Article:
Catholic Medical Quarterly Volume 67(3) August 2017

Great Medical Lives

Thomas Linacre:
Humanist, Scholar, Physician and Priest

Pia Jolliffe

Figure 1Thomas Linacre was born in 1460 and died in 1524. He served as physician to the King and founded the Royal College of Physicians. Before that he entered All Souls College, Oxford, in 1480; he was elected a Fellow in 1484 and later took a Master of Arts degree. By 1484 he must have been quite advanced in the study of arts as the college statutes required Fellows to have spent at least three years in Oxford before admission.

During these years Linacre may have become interested in medicine as several Fellows who preceded him at All Souls were medical doctors: Stephen Barworth, who was admitted in 1450, Nicholas Halswell, admitted in 1468 and John Racour, admitted in 1467. All this suggests a lively medical tradition at All Souls College before, during and after Linacre´s college fellowship. Linacre continued to be a Fellow of All Souls College during his ten years in Italy, when he studied Medicine at Vicenza and obtained an M.D. degree in Padua.

He returned to England by 1499 and started to give lectures, presumably in London, which Thomas More attended. He was closely connected with the Royal Court and served as physician to King Henry VIII; he treated Cardinal Wolsey, the King’s first minister, and others. At the same time, it was important for Linacre to remain connected to the academic world through both his medical work and study of Latin[1].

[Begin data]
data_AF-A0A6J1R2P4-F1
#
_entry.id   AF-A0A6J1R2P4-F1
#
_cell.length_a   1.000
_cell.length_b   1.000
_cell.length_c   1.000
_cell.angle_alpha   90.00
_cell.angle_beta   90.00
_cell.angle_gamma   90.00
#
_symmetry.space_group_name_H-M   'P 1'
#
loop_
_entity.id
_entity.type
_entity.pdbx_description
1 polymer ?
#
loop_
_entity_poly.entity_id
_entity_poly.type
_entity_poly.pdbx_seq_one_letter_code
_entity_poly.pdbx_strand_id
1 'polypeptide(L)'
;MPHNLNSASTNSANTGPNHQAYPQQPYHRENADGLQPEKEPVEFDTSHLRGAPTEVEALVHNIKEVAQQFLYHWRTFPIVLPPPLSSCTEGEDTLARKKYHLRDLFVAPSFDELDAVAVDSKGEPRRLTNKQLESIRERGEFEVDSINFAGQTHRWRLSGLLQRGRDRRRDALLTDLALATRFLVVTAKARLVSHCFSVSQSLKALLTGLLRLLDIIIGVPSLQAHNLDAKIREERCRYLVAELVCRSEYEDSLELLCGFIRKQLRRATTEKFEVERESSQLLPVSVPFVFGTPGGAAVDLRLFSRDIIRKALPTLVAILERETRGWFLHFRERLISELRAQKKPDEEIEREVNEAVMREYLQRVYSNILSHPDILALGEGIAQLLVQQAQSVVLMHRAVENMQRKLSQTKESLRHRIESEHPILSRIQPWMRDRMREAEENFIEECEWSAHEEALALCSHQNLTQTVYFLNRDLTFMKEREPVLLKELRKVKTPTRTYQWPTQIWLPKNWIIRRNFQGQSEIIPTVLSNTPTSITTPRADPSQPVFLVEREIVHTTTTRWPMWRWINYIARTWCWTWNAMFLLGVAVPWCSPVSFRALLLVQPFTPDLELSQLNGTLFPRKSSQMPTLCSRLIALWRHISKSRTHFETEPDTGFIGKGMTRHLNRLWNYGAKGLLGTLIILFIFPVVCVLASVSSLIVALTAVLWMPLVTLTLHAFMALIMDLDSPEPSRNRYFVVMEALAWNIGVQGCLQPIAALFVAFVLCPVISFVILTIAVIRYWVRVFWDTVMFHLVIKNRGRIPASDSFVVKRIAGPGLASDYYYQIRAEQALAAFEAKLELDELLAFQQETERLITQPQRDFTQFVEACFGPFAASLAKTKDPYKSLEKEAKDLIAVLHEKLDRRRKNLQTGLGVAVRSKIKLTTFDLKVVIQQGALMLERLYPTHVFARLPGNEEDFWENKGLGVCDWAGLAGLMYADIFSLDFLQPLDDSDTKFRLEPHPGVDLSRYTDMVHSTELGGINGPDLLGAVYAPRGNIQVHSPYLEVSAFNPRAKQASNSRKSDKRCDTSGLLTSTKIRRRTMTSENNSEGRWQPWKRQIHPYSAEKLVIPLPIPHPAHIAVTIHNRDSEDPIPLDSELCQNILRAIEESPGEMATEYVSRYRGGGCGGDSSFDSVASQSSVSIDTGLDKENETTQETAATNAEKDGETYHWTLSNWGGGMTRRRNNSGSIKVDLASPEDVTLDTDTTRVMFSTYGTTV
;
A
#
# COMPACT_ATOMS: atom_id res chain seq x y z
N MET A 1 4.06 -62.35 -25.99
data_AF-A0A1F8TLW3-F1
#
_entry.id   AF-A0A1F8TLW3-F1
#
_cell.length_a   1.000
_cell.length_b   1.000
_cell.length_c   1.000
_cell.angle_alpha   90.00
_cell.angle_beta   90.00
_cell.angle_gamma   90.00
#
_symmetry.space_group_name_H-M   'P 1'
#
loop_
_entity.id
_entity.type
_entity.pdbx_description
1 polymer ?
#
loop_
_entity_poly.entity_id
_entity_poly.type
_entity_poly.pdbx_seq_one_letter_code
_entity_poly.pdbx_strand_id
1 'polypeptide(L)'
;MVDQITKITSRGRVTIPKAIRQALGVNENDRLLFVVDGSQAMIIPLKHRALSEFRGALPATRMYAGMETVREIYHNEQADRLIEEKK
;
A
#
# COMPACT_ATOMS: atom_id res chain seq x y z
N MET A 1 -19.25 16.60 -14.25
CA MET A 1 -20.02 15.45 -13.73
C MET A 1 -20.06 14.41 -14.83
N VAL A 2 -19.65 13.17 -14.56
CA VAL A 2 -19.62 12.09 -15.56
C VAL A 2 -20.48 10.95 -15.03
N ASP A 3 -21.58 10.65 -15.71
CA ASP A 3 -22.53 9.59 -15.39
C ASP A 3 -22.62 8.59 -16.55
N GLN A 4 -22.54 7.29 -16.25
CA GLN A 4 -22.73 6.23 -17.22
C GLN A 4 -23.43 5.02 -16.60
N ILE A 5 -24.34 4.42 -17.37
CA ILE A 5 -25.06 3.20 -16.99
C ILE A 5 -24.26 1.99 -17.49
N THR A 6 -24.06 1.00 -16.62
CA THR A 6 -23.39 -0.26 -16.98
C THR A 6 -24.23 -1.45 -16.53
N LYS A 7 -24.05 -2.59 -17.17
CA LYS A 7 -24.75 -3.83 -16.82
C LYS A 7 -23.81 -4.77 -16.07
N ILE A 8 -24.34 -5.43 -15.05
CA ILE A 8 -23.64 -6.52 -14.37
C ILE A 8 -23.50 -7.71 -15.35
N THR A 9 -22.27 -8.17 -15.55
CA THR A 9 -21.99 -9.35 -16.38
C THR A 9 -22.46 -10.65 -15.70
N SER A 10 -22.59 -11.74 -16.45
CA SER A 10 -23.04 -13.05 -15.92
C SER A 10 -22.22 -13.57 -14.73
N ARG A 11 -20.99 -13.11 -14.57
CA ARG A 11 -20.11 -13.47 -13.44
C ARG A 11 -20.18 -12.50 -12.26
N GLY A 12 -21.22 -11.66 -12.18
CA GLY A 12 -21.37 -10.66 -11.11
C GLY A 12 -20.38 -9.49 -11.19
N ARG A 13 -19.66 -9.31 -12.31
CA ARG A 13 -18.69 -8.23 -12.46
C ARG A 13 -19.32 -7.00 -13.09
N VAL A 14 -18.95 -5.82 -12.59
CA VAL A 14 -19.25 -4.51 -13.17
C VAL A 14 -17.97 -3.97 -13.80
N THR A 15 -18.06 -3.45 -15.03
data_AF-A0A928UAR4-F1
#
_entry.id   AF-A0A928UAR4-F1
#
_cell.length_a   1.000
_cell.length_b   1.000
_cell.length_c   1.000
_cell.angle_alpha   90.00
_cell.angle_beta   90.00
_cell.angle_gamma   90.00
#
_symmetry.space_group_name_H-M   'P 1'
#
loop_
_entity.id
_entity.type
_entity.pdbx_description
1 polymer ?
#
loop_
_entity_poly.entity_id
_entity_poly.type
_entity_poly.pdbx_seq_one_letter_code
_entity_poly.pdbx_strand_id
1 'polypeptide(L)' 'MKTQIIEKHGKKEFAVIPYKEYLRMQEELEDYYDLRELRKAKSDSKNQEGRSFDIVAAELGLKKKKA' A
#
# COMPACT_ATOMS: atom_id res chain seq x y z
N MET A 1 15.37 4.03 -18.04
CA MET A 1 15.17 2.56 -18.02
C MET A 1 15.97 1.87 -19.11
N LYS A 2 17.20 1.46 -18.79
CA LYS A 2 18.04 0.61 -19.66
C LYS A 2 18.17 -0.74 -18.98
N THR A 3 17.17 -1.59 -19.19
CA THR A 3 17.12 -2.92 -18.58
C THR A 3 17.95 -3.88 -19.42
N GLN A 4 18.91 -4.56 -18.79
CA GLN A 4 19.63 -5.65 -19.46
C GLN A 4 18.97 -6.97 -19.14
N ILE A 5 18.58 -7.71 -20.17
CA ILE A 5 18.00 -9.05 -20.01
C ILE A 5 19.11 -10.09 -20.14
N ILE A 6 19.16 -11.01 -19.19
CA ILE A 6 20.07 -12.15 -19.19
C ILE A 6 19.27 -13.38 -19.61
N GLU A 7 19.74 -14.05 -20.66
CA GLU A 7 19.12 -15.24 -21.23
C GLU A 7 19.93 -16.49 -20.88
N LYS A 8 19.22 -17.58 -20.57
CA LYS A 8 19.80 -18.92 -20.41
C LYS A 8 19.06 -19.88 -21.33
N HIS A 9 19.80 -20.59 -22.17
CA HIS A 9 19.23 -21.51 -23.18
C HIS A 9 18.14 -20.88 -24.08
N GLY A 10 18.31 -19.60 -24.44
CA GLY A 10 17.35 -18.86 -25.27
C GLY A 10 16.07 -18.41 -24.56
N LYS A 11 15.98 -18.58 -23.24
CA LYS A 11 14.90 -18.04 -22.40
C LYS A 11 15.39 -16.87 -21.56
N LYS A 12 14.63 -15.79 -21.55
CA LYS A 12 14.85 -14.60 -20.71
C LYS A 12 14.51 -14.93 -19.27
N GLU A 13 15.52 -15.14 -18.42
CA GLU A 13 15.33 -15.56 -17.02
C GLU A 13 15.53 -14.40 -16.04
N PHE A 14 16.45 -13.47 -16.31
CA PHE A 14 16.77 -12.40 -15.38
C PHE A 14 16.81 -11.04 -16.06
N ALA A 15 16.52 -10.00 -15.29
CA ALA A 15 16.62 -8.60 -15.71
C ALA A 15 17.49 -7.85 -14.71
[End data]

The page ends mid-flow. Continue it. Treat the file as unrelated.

Linacre’s scholarly publications include a work on Latin composition, De emendata structura Latini sermonis (On the Correct Structure of Latin Language ), which was published in London in 1524 and reprinted many times in Continental Europe. Linacre also translated Galen’s medical treaties from Greek to Latin. These include: De sanitate tuenda (On Health Care); Methodus medendi (Healing Methods); De temperamentis and De inaequali intemperie (On the Right Admixture and On Unequal Want of Moderation); De naturalibus facultatibus (On Natural Faculties); De usu pulsuum (On the Use of Pulse); De symptomatum differentiis (On Different Symptoms), and De symptomatum causis (On the Causes of Symptoms). Linacre´s own library included classical texts, such as Eis Organon Aristotelous which literally means the tool or instrument of Aristotle (see fig. 2).Figure 2

In 1518 Linacre with Cardinal Wolsey and five other physicians successfully petitioned Henry VIII for the establishment of a Royal College of Physicians to grant licenses to those medical doctors qualified to practice within the city of London and the surrounding area, up to a 7 mile limit. In 1520 Linacre resigned as King’s physician to become a Roman Catholic priest. He received his first priestly orders as rector of Wigan in 1520.

In sum, Linacre was a medical doctor, a humanistic and classical scholar, and a Roman Catholic priest. He was a great – perhaps saintly – Renaissance man, of scientific, classical and theological expertise.

James J. Walsh suggests that Linacre's strong religious ties preceded his call to the priesthood: "Dr. Linacre, who besides being the best known physician of his time in England, was the greatest scholar of the English Renaissance period. Yet he had all his life been on very intimate terms with the ecclesiastical authorities and eventually gave up his honours, his fortune, and his profession to become a simple priest of the old English Church" (2).